There’s a fascinating theory that humans are a lot like bees, or ants.
Meaning that one way to look at human society is not as a group of individuals, but as one gigantic organism, slowly spreading across Earth.
I know this is controversial, and most of us (especially yours truly) doesn’t like the idea of being a simple speck in a much bigger machine.
But it can be valuable to at least look at human behavior from this perspective.
No matter what you’re doing, being able to look at the event from different perspectives can be extremely helpful.
I’m sure you’ve watched some crime dramas or movies where the cop had to “try on” the mindset of the killer in order to catch him, and then have trouble “coming back” to reality.
It’s a pretty common theme, because it’s pretty common.
For example, in sales, getting rapport is crucial. Without it, you can’t do much. But once you’ve got it, you’ve got to step back, just a little bit, and lead, instead of follow.
No matter who you are, and who you’re in rapport with, one person is going to be leading, and one person is going to be following.
In a personal relationship, this will naturally ebb and flow like the tide.
But in a persuasive relationship like sales, you’d better be leading.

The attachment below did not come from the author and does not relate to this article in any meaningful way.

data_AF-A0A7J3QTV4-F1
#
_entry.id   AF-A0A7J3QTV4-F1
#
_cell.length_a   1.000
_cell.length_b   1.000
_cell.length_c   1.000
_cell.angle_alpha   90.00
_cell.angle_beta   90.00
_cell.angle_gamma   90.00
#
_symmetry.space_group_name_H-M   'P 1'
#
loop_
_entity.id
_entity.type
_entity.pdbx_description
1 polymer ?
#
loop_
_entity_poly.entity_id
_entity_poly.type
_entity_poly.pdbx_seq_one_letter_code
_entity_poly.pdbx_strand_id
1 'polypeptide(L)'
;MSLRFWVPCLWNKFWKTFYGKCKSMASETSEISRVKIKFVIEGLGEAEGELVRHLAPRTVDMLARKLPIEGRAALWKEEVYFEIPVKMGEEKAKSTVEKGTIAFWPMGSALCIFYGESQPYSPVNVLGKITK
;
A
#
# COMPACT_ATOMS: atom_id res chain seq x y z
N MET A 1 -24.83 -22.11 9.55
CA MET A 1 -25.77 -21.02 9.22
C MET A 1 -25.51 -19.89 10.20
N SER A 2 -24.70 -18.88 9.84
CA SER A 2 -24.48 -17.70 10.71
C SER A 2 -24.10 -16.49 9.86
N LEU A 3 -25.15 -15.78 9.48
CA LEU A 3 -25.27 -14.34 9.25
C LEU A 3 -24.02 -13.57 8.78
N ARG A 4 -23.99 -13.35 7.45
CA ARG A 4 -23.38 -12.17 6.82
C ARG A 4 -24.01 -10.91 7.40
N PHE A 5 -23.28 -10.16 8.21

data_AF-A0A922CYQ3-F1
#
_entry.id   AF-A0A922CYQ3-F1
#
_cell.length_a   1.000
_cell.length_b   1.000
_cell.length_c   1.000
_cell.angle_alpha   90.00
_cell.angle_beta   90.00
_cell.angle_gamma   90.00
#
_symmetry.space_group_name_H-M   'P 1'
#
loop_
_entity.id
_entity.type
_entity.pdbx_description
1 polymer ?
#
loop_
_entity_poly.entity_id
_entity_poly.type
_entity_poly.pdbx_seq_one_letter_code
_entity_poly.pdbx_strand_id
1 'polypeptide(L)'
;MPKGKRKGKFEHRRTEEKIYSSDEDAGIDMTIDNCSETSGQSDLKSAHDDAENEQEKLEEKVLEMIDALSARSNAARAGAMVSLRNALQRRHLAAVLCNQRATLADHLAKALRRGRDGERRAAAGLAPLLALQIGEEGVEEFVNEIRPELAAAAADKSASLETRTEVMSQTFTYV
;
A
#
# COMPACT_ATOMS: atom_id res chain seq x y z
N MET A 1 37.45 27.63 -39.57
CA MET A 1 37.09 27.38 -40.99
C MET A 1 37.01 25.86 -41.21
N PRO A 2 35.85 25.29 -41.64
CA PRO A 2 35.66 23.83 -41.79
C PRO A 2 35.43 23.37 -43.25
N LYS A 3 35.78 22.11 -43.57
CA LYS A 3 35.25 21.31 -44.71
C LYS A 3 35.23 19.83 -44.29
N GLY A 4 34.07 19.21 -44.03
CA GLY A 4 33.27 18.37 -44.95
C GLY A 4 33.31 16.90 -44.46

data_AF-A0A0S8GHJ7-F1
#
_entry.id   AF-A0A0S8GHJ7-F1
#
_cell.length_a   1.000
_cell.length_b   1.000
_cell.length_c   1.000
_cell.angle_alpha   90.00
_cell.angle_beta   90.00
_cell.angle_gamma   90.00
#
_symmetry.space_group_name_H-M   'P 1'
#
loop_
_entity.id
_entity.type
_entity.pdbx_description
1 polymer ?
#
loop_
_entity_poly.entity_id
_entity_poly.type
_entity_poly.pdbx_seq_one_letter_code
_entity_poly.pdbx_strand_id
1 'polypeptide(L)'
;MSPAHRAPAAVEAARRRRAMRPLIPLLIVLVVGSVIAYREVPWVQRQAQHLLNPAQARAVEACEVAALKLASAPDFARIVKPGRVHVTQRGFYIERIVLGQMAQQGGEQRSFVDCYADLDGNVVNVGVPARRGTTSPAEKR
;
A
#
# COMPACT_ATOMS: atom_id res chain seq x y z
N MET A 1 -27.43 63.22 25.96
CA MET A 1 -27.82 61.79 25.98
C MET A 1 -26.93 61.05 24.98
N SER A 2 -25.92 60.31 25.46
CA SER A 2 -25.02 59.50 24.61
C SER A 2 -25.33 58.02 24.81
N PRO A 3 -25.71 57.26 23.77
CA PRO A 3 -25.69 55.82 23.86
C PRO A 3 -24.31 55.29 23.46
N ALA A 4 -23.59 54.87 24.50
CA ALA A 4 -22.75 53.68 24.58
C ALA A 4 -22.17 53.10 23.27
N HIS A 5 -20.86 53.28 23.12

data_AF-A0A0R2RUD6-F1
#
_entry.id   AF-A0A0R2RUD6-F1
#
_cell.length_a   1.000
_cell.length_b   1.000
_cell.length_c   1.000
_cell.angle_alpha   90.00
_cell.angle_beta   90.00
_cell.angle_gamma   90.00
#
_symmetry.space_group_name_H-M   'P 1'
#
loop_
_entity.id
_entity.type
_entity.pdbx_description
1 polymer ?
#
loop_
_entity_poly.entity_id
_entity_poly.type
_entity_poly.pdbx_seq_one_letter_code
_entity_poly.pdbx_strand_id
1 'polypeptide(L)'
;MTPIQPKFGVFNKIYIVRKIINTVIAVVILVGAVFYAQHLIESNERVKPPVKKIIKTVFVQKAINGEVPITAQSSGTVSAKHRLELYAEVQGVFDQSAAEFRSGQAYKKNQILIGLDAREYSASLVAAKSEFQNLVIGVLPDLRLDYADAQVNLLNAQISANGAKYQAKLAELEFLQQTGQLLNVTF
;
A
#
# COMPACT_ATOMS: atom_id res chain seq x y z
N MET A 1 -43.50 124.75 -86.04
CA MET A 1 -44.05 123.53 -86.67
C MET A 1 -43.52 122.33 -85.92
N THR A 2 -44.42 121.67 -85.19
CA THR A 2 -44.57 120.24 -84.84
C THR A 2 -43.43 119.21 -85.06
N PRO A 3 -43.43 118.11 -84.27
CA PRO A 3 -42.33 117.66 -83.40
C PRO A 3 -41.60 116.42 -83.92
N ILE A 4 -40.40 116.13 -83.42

I once knew a lady who was fantastic at getting rapport, but horrible at leading. She would slip into rapport with pretty much everybody that walked in the door.
But then she would fall into their world, instead of the other way around. Meaning she truly believed that they wanted the product, but simply couldn’t afford it.
Consequently, she never tried to increase the value of the product, and never got many sales.
One thing that’s cool about bees is how they tell each other where the food is. They all scatter at the beginning of the day, and then come back. When they do, they do a little dance. They based on the dance, they know who found the most food, and they also know exactly where it is.
Now, I know we’re not bees, but we do pay close attention to social signals, whether we acknowledge it or not.
Social proof is one of the many pieces of blue that binds our societies together.
To find out the rest, check this out: